22 Oct 2015 Wage Growth Inequality Grows in the U.S.; Is Highest in San Jose, Charlotte and Raleigh; Lowest in New Orleans, Pittsburgh, Oklahoma City
Wage growth inequality can be defined as the difference between the growth in wages for two different levels of wage earners.
Workers are split between “High Wage” earners and “Low Wage” earners. High Wage earners are those in the top half of the chart below and have a median wage at the 75th Percentile. Low Wage earners have a median wage at the 25th Percentile. The difference in median wage growth from 2005-2014 of these two groups is an indication of whether inequality has gotten better or worse over time.
Overall for the US, High Wage earners enjoyed a 3.1% increase in their real median wage, after accounting for inflation. Low Wage earners witnessed a 3.8% fall in their wage. Across the 52 largest U.S. metros (with 1+ million population), the highest wage growth inequality over the 2005-2014 period was in San Jose (a 14 percentage point difference in growth rates), followed by Charlotte (13 percentage pts.) and Raleigh (12 percentage pts.).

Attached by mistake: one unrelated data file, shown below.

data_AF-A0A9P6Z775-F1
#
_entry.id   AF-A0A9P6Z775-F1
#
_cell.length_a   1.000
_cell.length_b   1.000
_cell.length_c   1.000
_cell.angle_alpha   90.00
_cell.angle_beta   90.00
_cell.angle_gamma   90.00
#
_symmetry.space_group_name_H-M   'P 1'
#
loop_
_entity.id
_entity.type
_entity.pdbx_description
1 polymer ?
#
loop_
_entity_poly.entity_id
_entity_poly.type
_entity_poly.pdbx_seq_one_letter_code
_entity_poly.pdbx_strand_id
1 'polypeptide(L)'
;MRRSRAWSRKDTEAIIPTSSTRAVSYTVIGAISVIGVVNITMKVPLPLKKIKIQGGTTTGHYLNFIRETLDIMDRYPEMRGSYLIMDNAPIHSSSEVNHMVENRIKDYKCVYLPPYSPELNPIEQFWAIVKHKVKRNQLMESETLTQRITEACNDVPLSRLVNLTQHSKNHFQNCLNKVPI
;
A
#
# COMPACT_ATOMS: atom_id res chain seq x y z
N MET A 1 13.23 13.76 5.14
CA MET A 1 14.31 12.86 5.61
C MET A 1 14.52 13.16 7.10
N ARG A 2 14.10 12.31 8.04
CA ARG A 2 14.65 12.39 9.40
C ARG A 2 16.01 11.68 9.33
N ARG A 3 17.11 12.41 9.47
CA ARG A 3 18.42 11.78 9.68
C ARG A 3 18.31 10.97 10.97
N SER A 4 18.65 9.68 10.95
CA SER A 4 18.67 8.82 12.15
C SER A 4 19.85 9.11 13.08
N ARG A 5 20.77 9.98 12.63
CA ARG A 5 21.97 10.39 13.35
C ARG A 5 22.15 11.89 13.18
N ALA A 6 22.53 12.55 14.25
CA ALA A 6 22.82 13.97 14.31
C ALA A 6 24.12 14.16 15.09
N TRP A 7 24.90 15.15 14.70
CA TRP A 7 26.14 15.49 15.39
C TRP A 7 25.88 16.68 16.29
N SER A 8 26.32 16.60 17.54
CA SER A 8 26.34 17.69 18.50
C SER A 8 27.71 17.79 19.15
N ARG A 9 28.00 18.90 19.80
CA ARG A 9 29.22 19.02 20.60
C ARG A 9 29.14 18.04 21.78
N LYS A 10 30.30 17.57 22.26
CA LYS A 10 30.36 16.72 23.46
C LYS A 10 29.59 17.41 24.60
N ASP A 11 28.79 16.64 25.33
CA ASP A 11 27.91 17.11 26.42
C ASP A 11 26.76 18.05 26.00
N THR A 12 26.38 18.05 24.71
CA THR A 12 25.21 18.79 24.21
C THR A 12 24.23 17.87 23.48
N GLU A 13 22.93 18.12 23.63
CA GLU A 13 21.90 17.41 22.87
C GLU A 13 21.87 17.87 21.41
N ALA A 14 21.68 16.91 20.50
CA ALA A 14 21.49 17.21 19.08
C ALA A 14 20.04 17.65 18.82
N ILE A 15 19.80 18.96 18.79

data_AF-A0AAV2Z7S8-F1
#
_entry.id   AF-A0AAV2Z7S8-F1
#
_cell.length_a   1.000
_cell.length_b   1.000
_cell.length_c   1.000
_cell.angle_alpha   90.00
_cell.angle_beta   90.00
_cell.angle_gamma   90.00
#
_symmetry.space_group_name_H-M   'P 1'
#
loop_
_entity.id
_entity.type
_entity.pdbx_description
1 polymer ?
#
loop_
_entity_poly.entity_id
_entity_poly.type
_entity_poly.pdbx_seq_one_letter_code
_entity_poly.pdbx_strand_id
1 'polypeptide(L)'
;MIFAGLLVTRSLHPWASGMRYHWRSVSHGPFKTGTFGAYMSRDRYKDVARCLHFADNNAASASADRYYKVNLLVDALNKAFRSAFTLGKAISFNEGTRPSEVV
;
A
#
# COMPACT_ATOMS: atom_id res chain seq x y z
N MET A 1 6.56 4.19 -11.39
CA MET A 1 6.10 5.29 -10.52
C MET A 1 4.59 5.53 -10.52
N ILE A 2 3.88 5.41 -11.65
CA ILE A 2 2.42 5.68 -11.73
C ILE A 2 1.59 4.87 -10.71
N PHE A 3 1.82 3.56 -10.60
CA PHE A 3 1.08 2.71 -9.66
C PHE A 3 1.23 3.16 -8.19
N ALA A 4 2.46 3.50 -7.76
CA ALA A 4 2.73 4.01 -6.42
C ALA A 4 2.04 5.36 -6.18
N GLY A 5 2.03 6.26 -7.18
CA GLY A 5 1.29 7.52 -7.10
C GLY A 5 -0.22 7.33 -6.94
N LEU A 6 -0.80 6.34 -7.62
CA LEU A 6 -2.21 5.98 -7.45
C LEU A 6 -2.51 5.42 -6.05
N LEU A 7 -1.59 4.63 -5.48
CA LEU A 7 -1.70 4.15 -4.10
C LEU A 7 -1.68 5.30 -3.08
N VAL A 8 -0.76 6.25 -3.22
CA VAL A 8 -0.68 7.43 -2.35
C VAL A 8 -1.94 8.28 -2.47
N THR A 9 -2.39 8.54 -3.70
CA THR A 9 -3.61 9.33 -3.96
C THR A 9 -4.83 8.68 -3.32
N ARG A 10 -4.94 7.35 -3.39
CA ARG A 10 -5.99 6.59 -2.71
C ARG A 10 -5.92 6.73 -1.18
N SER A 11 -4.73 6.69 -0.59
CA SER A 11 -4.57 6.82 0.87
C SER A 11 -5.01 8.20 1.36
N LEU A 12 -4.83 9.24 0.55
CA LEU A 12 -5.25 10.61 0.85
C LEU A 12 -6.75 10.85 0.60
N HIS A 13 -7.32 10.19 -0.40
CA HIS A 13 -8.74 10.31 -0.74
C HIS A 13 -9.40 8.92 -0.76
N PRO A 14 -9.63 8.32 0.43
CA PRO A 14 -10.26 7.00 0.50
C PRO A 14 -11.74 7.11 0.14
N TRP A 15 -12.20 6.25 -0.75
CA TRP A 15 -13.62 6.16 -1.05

All large US metros experienced wage growth inequality that favored High Wage earners, with the exception of New Orleans. Pittsburgh and Oklahoma City also had minimal wage growth inequality. Examining the extremes of the spectrum, the Ultra-High Wage earners (90th Percentile) versus the Ultra-Low Wage earners (10th Percentile), wage growth inequality was worst in San Francisco, Boston, and Charlotte. The least was found in Tucson, Pittsburgh, and New Orleans.
Research, analysis and content developed by Headlight Data. Original data from the U.S. Bureau of Labor Statistics’ Occupational Employment Estimates program.
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